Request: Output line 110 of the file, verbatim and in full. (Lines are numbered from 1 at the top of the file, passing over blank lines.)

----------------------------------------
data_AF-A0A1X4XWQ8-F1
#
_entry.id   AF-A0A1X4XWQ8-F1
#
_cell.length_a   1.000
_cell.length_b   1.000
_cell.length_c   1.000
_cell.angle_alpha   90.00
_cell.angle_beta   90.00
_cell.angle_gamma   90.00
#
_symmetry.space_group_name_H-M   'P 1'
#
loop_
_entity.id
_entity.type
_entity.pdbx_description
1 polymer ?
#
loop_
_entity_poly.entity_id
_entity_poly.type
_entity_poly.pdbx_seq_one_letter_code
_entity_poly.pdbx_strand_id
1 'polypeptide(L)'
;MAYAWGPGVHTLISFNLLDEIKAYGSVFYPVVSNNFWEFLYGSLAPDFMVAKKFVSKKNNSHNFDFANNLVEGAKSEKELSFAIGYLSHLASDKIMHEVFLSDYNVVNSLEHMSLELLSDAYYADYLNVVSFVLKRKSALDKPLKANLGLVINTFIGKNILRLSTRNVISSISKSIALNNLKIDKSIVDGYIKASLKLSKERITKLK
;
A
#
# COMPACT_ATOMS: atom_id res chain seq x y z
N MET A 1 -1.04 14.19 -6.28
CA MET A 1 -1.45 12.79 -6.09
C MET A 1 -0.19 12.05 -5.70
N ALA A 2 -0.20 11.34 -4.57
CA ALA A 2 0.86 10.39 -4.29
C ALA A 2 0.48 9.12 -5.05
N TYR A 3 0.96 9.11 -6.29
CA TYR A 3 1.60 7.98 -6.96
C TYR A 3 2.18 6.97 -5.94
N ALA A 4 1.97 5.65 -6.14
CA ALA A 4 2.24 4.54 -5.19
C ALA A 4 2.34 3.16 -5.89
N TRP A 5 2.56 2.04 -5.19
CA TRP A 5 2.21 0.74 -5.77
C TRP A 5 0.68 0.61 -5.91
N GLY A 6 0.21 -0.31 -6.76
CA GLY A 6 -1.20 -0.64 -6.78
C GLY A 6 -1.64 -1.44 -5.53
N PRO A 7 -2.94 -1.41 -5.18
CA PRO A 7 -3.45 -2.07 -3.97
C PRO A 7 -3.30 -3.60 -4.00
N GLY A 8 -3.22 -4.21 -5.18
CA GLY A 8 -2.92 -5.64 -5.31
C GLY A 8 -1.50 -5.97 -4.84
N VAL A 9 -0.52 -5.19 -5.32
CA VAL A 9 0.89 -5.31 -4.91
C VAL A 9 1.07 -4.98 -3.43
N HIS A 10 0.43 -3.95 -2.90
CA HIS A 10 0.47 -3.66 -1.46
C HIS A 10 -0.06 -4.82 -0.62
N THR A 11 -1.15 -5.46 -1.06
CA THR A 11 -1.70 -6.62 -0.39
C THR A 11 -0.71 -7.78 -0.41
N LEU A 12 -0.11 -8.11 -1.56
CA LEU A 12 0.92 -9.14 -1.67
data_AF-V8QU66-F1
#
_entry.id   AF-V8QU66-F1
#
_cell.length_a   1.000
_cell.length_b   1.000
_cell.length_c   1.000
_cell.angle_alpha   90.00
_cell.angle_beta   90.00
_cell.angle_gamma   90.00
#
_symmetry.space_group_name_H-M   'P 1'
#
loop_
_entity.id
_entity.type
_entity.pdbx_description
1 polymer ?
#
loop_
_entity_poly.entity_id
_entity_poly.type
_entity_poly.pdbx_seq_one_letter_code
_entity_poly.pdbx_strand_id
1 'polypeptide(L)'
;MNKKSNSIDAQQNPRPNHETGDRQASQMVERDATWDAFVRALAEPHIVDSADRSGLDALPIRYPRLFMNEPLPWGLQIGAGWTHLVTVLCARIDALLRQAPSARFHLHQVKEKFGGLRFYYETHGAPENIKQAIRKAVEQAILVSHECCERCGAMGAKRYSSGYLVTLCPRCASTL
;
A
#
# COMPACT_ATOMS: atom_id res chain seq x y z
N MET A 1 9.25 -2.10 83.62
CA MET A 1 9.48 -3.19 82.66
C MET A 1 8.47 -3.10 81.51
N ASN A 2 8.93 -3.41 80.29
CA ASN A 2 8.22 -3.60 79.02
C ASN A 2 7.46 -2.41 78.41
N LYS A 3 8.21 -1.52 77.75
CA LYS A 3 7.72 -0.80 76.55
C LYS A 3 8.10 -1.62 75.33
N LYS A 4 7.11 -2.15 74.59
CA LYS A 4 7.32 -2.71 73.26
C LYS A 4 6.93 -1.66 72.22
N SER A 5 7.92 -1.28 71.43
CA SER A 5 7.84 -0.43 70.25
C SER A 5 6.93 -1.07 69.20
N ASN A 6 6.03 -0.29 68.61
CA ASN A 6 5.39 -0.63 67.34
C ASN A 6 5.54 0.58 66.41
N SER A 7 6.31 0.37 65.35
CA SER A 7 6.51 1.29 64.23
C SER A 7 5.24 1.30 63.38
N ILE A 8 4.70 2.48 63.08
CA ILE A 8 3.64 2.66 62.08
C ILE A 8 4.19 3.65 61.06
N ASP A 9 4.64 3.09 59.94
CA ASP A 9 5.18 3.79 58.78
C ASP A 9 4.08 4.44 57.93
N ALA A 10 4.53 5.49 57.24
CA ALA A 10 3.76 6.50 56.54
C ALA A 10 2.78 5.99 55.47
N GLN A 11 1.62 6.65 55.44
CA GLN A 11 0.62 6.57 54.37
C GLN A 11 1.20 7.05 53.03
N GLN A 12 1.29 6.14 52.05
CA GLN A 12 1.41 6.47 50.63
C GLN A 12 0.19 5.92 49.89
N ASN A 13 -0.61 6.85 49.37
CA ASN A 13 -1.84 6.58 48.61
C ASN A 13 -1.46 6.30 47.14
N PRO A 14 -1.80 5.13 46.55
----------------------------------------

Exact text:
C SER A 5 6.93 -1.07 69.20